1. DirecTV-DISH (2002)

General Motors
(GM)-controlled Hughes Electronics Corp., owner of DirecTV, attempted to merge with EchoStar Communications Corp., owner of the (DISH) Network, in 2002 in a $26 billion deal that would have combined the two largest U.S. satellite-TV operators. (EchoStar changed its name to DISH in 2008)

The 13-month dance ended when U.S. and state anti-trust enforcers sued to stop the deal, asserting that it would eliminate a pay-TV competitor in nearly all regions of the country, thereby making it more likely that subscription fees would rise and programming choices would be curtailed.

Twelve years later, DirecTV is trying to merge it operations with AT&T, and Dish is anxiously looking for a broadband partner. 

Back in 2002, telecommunications and media distribution looked very different. Not only was there a Republican in the White House, but widespread use of online streaming was just a vision of a handful of clairvoyant technologists. In retrospect, the fact that Republican regulators vetoed a DirecTV-Dish merger speaks to the outsized presence that satellite-TV operators had in those days before broadband connectivity became the real growth engine of telecom operators.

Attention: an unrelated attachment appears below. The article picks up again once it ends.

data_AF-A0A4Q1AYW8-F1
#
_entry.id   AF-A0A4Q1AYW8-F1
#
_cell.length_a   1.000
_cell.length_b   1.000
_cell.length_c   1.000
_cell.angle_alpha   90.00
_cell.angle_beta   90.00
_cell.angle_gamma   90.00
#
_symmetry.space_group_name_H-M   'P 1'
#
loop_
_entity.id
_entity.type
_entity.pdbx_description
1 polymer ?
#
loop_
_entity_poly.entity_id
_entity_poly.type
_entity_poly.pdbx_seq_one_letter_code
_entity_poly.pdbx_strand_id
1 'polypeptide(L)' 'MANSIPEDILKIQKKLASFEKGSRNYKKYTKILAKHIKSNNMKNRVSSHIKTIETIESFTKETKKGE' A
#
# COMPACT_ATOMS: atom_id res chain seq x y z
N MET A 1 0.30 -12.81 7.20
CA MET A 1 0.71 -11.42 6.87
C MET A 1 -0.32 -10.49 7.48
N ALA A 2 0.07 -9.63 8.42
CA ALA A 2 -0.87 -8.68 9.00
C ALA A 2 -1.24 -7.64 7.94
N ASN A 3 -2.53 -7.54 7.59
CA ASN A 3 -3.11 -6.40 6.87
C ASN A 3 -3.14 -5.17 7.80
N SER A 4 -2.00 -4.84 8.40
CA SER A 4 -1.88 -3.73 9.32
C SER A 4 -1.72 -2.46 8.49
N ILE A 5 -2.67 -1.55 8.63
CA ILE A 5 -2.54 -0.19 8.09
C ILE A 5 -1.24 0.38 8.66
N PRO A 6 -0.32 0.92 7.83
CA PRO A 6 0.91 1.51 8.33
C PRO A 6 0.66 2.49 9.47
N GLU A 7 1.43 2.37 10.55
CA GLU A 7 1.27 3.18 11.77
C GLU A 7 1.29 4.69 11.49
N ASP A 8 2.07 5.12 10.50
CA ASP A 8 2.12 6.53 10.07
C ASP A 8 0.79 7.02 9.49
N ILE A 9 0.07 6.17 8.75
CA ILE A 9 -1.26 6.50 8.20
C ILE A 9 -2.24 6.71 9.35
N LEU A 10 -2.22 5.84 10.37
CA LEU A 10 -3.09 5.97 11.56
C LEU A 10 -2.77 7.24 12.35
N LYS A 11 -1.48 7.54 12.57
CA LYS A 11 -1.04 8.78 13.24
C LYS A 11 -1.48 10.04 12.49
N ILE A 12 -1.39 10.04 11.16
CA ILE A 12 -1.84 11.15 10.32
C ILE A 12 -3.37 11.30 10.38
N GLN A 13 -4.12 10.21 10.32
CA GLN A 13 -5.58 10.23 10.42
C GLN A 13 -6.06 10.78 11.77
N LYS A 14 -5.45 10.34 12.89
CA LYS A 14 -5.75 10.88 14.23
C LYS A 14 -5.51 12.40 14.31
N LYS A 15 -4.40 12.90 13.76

As for the deal, EchoStar Chairman and controlling shareholder Charlie Ergen was forced to pay Hughes a $600 million break-up fee, though Dish gained more subscribers than DirecTV during the process, and helped to raise the smaller rival's national profile.

If you liked this article you might like

Cramer: Northrop-Orbital Deal Is Bigger Than Just the Synergies

Democrats Target Megamergers in Populist Political Play

What Does the Apple Watch Series 3 Mean for Your Data Plan?

10 Biggest Takeaways from Apple's iPhone X Event

How Are You Paying for Your New iPhone?